Guest Post, Jim Daniels: Poetry Hickie

Jim DanielsI am currently working on my fourth screenplay—wait, wait, I’m not going to try and sell it to you. Everybody’s got a screenplay in the freezer these days, to protect it from fire. The house can burn down, but they’ll be rich once they sell that screenplay.

My screenplays result in no-budget independent films with odd lengths like 38 minutes or 64 minutes. Our movies are like scavenger hunts where the prize is going into debt.  When I wrote the first one, “No Pets,” back in 1994, an adaptation of my own title short story from my first collection (book still available!), I thought that film could maybe be a gateway drug to poetry sales.

Yeah, I know, that’s pretty naïve, looking back on it. While I’ve continued to write screenplays, I do so with the full knowledge—no, certainty—that these little films will result in zero additional sales of my books of poetry and fiction.


I wonder how many copies celebrity poets like Jewel, Leonard Nimoy, Suzanne Somers, John Boy Thomas, Jimmy Stewart sold. Maybe I don’t want to know.

We sold out the “world premiere” of “No Pets” at the Fulton Theater (now the Byham) in downtown Pittsburgh, seating capacity 1300, at $10 a ticket (including reception with food, live music, and many cookies cooked by director Tony Buba’s aunts and cousins), I stood in front of the theater under the marquee and said to Tony, “If this was a poetry reading and we were handing out $10 bills instead of taking them, we still wouldn’t be able to fill this place.”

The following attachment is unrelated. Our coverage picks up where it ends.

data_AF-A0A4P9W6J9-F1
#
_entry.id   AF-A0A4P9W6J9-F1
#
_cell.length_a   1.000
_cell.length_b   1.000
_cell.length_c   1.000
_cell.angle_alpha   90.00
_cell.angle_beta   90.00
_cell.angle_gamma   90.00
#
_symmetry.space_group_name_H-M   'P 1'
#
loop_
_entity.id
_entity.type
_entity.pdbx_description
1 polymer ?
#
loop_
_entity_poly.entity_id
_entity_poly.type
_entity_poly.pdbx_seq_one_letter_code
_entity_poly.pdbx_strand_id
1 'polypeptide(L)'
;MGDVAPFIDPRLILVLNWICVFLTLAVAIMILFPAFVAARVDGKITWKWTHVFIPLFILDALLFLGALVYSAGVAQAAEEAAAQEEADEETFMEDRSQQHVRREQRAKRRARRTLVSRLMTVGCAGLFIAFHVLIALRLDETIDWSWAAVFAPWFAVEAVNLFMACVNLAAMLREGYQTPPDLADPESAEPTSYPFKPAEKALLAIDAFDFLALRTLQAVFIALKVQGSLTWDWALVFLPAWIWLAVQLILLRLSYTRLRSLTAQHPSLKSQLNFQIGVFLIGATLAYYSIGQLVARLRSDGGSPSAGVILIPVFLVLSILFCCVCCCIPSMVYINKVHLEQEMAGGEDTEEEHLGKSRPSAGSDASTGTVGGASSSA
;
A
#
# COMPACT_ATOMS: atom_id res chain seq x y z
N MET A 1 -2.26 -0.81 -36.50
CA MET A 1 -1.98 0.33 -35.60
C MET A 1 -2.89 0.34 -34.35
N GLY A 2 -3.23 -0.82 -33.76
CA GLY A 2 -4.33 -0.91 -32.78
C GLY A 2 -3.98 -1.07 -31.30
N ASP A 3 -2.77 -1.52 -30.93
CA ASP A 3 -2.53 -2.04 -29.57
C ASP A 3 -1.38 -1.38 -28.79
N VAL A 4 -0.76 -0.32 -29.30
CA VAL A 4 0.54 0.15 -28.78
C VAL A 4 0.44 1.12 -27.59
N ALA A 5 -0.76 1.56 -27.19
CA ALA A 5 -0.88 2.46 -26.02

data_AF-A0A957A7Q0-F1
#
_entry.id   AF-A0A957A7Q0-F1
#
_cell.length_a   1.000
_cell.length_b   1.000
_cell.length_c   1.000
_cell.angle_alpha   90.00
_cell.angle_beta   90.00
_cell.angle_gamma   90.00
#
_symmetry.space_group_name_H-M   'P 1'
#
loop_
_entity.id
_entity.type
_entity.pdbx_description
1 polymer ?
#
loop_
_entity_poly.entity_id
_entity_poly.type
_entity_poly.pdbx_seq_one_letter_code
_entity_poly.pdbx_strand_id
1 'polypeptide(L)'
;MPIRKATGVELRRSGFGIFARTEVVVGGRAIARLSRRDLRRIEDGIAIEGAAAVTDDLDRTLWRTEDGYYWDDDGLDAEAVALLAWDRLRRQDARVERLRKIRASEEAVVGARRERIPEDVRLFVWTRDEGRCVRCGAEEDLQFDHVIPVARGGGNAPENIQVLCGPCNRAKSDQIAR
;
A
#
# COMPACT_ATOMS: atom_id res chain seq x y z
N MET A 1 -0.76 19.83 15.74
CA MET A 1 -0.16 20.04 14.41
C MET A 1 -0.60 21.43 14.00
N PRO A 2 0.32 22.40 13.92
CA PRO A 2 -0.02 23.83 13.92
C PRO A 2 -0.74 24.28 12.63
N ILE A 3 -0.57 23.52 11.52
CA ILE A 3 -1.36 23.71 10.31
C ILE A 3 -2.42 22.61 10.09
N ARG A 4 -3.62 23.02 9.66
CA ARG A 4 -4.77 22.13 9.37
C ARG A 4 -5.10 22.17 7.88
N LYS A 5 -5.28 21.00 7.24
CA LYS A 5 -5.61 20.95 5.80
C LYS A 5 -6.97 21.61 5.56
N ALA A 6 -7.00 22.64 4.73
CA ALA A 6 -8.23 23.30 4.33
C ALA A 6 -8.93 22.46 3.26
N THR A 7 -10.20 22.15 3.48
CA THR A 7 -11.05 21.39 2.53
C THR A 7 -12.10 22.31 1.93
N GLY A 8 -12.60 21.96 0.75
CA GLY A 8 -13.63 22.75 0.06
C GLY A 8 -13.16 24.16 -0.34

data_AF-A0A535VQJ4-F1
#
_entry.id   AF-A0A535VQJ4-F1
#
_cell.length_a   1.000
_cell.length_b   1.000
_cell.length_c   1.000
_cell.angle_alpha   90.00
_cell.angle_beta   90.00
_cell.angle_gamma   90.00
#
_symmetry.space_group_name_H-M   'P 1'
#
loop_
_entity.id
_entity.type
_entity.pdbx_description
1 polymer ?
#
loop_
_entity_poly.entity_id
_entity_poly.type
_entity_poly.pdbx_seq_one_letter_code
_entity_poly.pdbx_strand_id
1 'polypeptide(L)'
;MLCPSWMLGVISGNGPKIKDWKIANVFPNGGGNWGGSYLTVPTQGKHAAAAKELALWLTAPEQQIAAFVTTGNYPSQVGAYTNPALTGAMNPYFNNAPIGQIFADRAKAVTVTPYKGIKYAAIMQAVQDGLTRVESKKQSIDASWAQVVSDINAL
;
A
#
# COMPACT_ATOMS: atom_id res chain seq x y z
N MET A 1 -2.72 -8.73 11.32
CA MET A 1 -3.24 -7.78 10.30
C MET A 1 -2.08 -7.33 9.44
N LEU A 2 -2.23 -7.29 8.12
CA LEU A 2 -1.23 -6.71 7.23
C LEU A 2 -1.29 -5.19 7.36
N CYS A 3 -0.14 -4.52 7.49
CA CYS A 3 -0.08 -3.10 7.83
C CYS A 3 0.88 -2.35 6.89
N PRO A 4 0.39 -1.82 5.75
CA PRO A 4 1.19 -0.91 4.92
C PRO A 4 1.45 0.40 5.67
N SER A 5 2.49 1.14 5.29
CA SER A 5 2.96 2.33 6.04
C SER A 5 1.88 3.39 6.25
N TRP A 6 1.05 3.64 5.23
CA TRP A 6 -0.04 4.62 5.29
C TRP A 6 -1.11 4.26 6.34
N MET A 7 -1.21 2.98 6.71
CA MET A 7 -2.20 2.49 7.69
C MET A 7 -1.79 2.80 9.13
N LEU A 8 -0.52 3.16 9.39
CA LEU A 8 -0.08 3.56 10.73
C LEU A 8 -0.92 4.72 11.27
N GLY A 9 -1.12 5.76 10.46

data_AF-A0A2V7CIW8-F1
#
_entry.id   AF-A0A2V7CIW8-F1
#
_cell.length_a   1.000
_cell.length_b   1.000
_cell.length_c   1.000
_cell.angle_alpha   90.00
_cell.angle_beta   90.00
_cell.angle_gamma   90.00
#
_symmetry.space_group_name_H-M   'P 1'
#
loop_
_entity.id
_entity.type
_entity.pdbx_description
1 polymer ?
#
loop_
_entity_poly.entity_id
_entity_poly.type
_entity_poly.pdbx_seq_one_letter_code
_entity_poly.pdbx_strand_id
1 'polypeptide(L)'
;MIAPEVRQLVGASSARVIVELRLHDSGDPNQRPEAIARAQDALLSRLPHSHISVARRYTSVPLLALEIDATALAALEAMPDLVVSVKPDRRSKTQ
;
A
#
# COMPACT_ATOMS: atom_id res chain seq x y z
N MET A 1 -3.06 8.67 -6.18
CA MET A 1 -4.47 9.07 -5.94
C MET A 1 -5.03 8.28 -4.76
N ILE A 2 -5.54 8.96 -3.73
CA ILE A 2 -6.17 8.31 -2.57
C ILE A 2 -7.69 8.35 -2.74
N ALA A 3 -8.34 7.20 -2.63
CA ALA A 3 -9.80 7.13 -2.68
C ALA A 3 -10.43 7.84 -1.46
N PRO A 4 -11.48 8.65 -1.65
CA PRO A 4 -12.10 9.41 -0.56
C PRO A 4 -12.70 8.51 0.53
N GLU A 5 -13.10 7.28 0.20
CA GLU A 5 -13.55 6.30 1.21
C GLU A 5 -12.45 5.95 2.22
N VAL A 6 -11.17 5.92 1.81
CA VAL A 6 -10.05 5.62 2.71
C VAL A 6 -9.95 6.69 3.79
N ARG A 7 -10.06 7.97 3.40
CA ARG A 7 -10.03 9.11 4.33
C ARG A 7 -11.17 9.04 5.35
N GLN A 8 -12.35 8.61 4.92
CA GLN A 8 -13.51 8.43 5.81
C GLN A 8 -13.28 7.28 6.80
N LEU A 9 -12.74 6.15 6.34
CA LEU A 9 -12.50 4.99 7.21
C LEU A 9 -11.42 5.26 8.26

I asked my poetry publisher then, the University of Pittsburgh Press, to set up a table at the reception to sell my latest book, M-80. I believe we sold zero copies, though someone might have felt sorry for me and purchased one before the end of the night. 1300 people who came out to see a movie, and none of them curious about the poetry of the guy who penned the script? Hmmph.

As this, and later films, “Dumpster” and Mr. Pleasant,” made the rounds of minor film festivals, I took fewer and fewer books with me until I stopped taking them all together.


Last summer, my wife Kristin and I were in Montreal, staying at a B&B on the outskirts of the city near a lovely park when we noticed as twilight descended that people were beginning to gather near a small outdoor theater. It was free movie night in the park! We entered, following the flow of the crowd. Of course, the program was in French, so I wondered if I was misreading it—it said something about a poet reading before the movie.

Sure enough, a very polite older man walked out onto the stage in a flowing white robe to polite applause and read about a half dozen poems. I heard a line that I translated as “the bowling ball of death,” but I suspect I was wrong.  He didn’t look like a bowler.  He exited the stage to the same level of polite applause, then they turned out the light on the stage and started the film, a gripping story of a civil war in some faraway land.